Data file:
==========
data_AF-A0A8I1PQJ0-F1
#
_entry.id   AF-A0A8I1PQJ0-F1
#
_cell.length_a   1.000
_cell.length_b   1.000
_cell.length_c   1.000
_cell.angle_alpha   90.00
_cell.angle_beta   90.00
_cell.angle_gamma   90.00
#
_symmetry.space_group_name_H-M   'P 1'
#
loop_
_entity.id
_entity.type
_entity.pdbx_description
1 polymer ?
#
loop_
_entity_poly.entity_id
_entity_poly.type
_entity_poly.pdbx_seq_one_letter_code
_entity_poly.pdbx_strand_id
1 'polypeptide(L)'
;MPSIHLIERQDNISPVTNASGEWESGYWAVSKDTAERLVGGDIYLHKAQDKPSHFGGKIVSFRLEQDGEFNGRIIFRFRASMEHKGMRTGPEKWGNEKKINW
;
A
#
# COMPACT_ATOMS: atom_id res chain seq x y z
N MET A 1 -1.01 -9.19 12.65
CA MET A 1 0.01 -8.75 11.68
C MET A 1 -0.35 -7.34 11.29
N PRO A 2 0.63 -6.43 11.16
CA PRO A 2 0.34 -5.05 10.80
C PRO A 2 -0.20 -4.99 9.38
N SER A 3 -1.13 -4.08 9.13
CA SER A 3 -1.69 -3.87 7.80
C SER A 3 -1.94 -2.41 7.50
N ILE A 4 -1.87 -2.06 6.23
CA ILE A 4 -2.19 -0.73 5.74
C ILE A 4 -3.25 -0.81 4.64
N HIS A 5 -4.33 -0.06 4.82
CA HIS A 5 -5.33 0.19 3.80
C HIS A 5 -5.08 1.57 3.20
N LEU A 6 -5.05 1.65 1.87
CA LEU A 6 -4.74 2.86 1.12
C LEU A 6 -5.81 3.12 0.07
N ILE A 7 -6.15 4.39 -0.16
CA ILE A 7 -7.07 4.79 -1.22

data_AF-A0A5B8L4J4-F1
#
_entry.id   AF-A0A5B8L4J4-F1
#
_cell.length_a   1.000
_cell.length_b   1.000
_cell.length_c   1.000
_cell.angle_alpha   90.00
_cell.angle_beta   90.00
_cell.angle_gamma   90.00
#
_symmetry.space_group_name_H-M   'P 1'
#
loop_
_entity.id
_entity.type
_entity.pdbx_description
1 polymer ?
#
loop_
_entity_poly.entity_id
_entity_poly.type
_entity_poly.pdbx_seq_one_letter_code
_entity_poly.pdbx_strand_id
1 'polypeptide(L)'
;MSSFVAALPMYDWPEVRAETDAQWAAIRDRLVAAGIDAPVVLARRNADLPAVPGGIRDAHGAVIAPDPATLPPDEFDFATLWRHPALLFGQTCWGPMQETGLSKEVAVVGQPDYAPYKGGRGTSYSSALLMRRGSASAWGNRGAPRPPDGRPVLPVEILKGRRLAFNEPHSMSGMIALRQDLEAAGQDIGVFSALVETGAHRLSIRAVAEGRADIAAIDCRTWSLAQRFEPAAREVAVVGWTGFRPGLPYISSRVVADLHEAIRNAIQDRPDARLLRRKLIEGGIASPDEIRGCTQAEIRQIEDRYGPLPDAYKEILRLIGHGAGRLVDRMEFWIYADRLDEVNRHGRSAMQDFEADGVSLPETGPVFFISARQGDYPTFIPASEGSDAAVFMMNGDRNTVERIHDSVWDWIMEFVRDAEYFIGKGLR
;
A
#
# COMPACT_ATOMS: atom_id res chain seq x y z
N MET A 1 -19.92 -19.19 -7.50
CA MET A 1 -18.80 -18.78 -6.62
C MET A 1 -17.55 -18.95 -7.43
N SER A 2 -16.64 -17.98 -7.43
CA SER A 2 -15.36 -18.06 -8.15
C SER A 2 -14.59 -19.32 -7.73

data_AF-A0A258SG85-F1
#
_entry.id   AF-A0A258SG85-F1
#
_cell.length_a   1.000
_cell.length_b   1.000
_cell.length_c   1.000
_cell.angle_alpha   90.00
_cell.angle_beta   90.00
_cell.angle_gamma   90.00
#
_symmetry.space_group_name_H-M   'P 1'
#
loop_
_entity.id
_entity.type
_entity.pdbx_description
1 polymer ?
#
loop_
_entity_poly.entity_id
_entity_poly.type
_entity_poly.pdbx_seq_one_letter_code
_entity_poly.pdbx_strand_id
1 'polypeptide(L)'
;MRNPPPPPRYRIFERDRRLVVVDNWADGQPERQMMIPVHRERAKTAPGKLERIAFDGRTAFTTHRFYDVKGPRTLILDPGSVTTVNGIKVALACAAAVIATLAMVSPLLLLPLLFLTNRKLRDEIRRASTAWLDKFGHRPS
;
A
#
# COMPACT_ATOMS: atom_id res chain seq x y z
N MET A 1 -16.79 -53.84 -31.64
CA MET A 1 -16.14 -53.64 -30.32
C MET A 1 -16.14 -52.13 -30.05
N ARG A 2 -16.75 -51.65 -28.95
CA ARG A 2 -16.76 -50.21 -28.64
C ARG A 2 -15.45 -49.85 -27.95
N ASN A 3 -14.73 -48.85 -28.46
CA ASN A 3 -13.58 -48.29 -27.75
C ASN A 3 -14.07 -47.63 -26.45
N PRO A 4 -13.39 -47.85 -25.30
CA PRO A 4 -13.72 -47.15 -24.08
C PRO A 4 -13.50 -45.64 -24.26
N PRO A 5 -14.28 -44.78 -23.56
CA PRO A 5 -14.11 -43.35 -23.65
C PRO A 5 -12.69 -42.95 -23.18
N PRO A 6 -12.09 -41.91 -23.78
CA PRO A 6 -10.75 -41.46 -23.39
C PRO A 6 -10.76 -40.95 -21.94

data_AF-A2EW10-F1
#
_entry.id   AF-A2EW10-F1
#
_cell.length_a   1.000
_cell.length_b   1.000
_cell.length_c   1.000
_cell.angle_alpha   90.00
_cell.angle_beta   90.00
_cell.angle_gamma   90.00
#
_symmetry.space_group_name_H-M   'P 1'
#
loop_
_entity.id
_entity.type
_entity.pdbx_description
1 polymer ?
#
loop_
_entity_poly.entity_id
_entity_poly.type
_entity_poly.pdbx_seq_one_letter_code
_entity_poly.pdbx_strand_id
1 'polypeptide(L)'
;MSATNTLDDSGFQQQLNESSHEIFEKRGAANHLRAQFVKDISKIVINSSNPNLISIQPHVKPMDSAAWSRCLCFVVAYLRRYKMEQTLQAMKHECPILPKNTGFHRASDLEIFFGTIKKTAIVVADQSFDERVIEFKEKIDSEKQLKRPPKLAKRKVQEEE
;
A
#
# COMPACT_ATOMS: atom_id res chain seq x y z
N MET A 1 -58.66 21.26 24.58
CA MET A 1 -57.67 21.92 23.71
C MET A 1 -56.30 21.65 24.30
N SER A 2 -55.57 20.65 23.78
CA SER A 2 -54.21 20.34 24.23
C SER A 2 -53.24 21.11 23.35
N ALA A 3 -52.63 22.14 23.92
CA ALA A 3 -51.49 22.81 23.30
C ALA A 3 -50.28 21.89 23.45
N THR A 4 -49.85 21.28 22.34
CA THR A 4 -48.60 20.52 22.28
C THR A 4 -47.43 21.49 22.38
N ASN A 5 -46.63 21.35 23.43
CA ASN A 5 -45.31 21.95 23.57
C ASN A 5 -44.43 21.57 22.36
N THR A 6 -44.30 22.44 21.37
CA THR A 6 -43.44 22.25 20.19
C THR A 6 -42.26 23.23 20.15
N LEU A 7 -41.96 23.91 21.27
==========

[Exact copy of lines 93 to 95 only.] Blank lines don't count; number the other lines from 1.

_cell.length_c   1.000
_cell.angle_alpha   90.00
_cell.angle_beta   90.00